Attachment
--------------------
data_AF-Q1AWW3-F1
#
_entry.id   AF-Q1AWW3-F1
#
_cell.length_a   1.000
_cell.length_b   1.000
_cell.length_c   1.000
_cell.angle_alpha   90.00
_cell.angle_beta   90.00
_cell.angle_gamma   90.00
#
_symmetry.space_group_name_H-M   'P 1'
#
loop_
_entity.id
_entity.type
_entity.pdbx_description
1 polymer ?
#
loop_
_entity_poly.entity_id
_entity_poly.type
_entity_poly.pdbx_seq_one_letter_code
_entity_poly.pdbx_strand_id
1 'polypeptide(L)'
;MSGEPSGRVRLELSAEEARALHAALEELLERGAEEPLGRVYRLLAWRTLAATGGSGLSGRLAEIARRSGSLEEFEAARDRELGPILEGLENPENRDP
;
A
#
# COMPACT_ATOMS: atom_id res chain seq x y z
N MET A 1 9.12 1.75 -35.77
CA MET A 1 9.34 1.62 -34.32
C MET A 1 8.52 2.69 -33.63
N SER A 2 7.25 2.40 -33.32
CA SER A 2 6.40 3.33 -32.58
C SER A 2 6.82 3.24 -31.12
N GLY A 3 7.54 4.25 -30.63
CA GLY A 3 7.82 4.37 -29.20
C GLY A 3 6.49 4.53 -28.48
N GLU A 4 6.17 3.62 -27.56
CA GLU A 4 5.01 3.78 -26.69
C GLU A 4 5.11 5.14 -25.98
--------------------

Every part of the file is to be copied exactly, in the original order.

data_AF-Q1AWW3-F1
#
_entry.id   AF-Q1AWW3-F1
#
_cell.length_a   1.000
_cell.length_b   1.000
_cell.length_c   1.000
_cell.angle_alpha   90.00
_cell.angle_beta   90.00
_cell.angle_gamma   90.00
#
_symmetry.space_group_name_H-M   'P 1'
#
loop_
_entity.id
_entity.type
_entity.pdbx_description
1 polymer ?
#
loop_
_entity_poly.entity_id
_entity_poly.type
_entity_poly.pdbx_seq_one_letter_code
_entity_poly.pdbx_strand_id
1 'polypeptide(L)'
;MSGEPSGRVRLELSAEEARALHAALEELLERGAEEPLGRVYRLLAWRTLAATGGSGLSGRLAEIARRSGSLEEFEAARDRELGPILEGLENPENRDP
;
A
#
# COMPACT_ATOMS: atom_id res chain seq x y z
N MET A 1 9.12 1.75 -35.77
CA MET A 1 9.34 1.62 -34.32
C MET A 1 8.52 2.69 -33.63
N SER A 2 7.25 2.40 -33.32
CA SER A 2 6.40 3.33 -32.58
C SER A 2 6.82 3.24 -31.12
N GLY A 3 7.54 4.25 -30.63
CA GLY A 3 7.82 4.37 -29.20
C GLY A 3 6.49 4.53 -28.48
N GLU A 4 6.17 3.62 -27.56
CA GLU A 4 5.01 3.78 -26.69
C GLU A 4 5.11 5.14 -25.98